Latitude degrees Latitude north (WGS84) by unspecified GPS system Global Positioning System (receiver type unspecified) ALATGP01 degrees n/a
Longitude degrees Longitude east (WGS84) by unspecified GPS system Global Positioning System (receiver type unspecified) ALONGP01 degrees n/a
Total water radiance µW cm -2 nm sr Total water radiance (unspecified single wavelength) from the water body by cosine-collector radiometer TTWTIR01 W m -2 nm sr Unit conversion applied (x 0.01)
Water leaving radiance µW cm -2 nm sr Water-leaving radiance (unspecified single wavelength) from the water body by cosine-collector radiometer RWLRCCR1 W m -2 nm sr Unit conversion applied (x 0.01)
Sky radiance µW cm -2 nm sr Sky radiance (unspecified single wavelength) in the atmosphere by cosine-collector radiometer SKYIRR01 W m -2 nm sr Unit conversion applied (x 0.01)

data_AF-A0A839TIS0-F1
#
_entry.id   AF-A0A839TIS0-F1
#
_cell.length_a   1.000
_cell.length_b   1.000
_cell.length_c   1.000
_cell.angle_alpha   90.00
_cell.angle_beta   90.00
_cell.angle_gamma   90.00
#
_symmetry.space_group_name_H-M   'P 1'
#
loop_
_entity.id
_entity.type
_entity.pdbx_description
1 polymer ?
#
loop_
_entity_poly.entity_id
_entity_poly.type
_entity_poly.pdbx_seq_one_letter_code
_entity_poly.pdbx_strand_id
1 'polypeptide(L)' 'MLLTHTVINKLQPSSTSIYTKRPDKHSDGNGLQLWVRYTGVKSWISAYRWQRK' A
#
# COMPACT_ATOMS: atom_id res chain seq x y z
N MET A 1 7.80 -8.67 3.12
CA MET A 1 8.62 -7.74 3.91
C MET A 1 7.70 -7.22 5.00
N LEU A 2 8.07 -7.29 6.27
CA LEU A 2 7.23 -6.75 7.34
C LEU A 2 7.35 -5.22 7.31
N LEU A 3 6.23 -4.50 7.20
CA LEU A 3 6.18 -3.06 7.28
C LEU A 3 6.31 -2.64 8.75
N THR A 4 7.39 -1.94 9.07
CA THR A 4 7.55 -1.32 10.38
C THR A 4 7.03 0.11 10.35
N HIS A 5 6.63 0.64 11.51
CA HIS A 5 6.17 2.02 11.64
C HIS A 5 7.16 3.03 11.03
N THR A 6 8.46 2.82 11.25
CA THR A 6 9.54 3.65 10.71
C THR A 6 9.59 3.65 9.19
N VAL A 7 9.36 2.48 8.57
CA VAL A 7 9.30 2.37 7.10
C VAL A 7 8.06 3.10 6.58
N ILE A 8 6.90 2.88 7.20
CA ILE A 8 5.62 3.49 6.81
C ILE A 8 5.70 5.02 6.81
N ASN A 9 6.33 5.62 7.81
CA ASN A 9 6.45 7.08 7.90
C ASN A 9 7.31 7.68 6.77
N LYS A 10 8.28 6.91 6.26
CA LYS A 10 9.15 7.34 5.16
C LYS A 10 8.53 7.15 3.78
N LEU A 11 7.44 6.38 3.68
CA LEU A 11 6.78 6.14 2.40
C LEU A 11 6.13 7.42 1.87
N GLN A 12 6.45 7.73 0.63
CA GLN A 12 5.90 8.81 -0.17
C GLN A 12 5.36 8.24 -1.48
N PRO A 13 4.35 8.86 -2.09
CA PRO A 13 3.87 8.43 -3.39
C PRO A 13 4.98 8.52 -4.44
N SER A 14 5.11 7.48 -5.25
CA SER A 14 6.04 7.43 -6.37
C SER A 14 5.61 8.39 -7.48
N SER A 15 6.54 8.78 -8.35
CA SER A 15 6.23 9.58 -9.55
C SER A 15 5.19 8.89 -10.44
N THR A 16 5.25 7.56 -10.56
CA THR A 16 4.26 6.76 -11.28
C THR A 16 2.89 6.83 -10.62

Normalised water leaving radiance µW cm -2 nm sr Normalised water leaving radiance (unspecified single wavelength) from the water body by cosine-collector radiometer NRWLRCR1 W m -2 nm sr Unit conversion applied (x 0.01)
Downwelling surface irradiance µW cm -2 nm Downwelling vector irradiance as energy (unspecified single wavelength) in the atmosphere by cosine-collector radiometer CSLRCCR1 W m -2 nm Unit conversion applied (x 0.01)
Relative azimuth degrees Instrument angle relative to solar plane (azimuth) IARAZM01 degrees n/a
Wavelength nm Wavelength of electromagnetic radiation measurement LAMBIN01 nm n/a

Screening

Reformatted MicroSAS data were transferred onto a graphics work station for visualisation using the in-house editor Edserplo. No valid data values were deleted. Flagging was achieved by modification of the associated BODC quality control flag for suspect or null values.

Banking

The profiles were banked to the National Oceanographic Database (NODB) following BODC procedures.